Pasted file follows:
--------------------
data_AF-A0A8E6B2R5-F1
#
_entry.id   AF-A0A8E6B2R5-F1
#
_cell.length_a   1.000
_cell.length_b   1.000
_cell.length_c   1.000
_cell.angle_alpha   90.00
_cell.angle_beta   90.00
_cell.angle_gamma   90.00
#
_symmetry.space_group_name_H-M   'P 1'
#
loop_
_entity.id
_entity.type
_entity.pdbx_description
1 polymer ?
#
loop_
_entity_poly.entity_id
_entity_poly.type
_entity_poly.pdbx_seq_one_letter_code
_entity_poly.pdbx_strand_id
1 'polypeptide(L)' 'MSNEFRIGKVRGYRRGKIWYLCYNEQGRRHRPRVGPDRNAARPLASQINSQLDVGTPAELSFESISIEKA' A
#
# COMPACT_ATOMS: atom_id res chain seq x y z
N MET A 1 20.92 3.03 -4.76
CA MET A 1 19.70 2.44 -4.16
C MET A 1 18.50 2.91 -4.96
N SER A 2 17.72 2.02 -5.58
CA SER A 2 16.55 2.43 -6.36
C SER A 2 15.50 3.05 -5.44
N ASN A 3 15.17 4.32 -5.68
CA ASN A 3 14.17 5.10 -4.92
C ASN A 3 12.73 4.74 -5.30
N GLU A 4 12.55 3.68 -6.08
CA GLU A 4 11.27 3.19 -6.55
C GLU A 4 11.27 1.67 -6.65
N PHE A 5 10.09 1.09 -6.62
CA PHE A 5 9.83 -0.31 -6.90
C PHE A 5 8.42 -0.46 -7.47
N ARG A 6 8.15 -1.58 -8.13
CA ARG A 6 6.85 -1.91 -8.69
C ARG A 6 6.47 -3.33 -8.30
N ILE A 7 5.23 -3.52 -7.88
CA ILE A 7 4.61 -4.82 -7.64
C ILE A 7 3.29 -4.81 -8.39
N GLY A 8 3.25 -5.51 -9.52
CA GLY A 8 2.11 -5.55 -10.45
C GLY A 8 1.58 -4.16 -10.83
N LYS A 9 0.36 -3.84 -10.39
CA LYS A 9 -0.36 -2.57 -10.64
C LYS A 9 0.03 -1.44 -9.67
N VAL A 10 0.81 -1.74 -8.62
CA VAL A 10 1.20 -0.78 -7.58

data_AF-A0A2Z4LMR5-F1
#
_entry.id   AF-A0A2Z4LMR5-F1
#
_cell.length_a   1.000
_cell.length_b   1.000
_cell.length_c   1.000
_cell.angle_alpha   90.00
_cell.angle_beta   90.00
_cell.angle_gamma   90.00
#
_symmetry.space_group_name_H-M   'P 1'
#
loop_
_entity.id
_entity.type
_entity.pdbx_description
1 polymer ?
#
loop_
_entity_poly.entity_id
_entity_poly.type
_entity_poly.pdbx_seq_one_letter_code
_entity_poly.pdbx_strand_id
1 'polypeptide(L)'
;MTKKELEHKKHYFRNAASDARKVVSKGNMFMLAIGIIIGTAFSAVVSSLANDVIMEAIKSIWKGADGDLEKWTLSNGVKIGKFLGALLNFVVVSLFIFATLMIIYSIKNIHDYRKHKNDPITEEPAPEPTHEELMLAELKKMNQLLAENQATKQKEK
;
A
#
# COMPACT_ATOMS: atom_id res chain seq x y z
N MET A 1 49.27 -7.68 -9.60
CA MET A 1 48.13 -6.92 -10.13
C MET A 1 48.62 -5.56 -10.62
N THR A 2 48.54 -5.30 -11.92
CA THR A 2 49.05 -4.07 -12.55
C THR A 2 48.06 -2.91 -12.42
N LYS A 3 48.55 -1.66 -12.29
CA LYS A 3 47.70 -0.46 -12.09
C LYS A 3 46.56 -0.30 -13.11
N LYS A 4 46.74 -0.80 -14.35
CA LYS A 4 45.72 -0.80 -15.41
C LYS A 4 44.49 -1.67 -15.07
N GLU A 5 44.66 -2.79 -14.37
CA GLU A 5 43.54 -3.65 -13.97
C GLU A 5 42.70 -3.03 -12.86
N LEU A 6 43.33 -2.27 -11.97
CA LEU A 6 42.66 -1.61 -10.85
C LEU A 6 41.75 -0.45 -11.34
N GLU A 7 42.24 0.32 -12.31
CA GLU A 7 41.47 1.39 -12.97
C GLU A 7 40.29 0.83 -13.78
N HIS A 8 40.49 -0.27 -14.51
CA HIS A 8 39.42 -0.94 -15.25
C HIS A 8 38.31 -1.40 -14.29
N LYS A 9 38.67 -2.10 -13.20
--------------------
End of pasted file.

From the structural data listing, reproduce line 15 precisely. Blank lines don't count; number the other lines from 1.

_entity.id